You’ve created a beautiful contact center website. It passes all the website grading tests with flying colors. Now comes the final piece in the puzzle that will still likely remain a mystery once it’s all said and done. You’ve got to bring in the bodies. Just because you’ve built it, doesn’t mean they’ll come.
It’s time to offer something besides your product. It’s time for you to offer something your customers want, besides a “schnazzy” promo that might speak to one person but totally offend the next. It’s time to write!
Unfortunately, it isn’t that easy. You might think that you don’t even know where to begin. You basically have a choice… pay a blog writer hundreds of dollars per article, or write it yourself?
This is the precise moment where most potential contact center writers opt for the third option. Doing Nothing!
It’s the extra work that usually separates us from “the greener grass” we always tend to see. So, if you’re willing to take on this seemingly backward task of giving something away so your audience eventually becomes a customer, you’re reading the right list.
Only you’re in an even better place because you’re going to be guided by an industry veteran who has written the book on contact centers, literally!
Peter DeHaan is the owner and managing editor of Connections magazine, AnswerStat magazine, TAS Trader & Medical Call Center News. He’s the author of two contact center books, “How to Start a Telephone Answering Service”,“Sticky Customer Service” & “Healthcare Call Center Essentials.” Another book “Sticky Sales and Marketing,” is due out soon. He’s also behind a half dozen more titles to follow these four. So, you know he’s always thinking about the very things I am about to reveal to you!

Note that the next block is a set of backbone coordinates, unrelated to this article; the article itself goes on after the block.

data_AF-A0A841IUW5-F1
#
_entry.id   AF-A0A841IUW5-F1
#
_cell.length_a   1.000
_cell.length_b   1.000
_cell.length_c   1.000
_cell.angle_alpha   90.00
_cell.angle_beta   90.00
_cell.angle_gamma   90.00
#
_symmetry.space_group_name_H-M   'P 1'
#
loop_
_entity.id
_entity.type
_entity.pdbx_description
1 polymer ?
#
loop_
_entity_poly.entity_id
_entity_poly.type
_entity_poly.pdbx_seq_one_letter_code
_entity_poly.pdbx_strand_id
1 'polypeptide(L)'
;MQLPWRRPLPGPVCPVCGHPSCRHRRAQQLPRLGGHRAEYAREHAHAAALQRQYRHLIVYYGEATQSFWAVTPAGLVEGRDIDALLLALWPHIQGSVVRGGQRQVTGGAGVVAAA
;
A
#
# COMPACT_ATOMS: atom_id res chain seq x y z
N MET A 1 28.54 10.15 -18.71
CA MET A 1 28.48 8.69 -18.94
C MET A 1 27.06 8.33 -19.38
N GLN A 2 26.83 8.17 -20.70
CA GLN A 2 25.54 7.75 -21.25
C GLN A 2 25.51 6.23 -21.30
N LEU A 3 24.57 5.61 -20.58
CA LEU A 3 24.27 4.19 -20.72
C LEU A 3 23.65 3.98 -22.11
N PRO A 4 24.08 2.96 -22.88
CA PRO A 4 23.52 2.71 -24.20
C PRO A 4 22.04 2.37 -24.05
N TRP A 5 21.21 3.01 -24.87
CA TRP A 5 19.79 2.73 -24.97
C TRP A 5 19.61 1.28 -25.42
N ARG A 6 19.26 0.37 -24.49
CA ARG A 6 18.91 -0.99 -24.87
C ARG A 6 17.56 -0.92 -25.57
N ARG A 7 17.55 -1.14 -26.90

The following list of questions and answers are intended to help brave contact center writers take on the task of blogging or increasing engagement and readability on contact center websites.
If there’s one other reason why you should blog besides the potential influx of eyes on your site, it’s this: Transparency. Your clients are looking for information from a source they know and trust. By blogging on topics that are relevant to your customers, you are showing them that you care about their success. Another benefit is that through your communication, you are providing your clients tips that will also drive better interactions with your contact center. It’s a win, win in so many ways.
So, let’s get started. With 9 contact center writing tips from a man who literally wrote a book (or two, or three, or four) on the contact center industry. Here we go!
1.) In terms of writing and content how can contact centers gain more exposure?
Peter’s response: “Submitting content to local print publications is an ideal opportunity to gain cost-effective exposure. Though this may seem like free publicity, there’s a cost in writing or sourcing quality content that will resonate with readers. The number of print publications, however, has decreased dramatically in recent years. The next alternative to being in print is to be online. Look for online publications, e-zines, and business blogs that will accept and post your content. A related opportunity is your own website. Many industry websites aren’t particularly good, with dated design and less-than-ideal content. Most need an overhaul or redesign. On the other hand, there’s a fine line between not looking like everyone else and being so different that you confuse visitors. You can strike a balance, but I’ve seen few sites that do this well. Once you have a professional looking and visitor-friendly website, consider content marketing for engaging prospects and for search engine optimization (SEO).”